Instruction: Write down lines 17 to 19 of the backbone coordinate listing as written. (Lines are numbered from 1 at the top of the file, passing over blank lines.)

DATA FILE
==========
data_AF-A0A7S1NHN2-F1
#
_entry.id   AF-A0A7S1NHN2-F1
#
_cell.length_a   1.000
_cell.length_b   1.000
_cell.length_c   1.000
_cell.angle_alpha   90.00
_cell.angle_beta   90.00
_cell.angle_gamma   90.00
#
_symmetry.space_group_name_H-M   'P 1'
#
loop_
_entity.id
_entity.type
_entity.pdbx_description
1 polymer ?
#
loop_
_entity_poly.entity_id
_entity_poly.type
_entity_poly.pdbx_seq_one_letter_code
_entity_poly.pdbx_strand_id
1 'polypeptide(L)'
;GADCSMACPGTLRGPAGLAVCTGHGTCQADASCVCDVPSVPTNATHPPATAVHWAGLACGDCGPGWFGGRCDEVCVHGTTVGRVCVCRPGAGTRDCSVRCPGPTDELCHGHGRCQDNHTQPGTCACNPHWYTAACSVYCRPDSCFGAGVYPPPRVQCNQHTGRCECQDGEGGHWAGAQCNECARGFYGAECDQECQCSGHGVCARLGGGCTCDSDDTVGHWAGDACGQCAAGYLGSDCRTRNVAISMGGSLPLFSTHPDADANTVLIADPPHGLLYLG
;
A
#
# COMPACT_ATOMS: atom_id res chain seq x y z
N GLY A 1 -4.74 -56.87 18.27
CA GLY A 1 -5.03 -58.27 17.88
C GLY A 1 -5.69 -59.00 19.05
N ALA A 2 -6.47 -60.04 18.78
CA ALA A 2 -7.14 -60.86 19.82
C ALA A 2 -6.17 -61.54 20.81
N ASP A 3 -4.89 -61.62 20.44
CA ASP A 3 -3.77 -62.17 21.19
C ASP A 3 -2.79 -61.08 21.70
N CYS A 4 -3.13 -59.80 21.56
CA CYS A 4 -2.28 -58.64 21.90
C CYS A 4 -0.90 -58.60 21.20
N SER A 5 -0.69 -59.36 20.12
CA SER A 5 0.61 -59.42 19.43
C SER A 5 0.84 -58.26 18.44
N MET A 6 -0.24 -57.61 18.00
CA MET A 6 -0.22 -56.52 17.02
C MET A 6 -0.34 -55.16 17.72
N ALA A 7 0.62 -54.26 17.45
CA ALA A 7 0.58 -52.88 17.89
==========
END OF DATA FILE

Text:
_entity.pdbx_description
1 polymer ?
#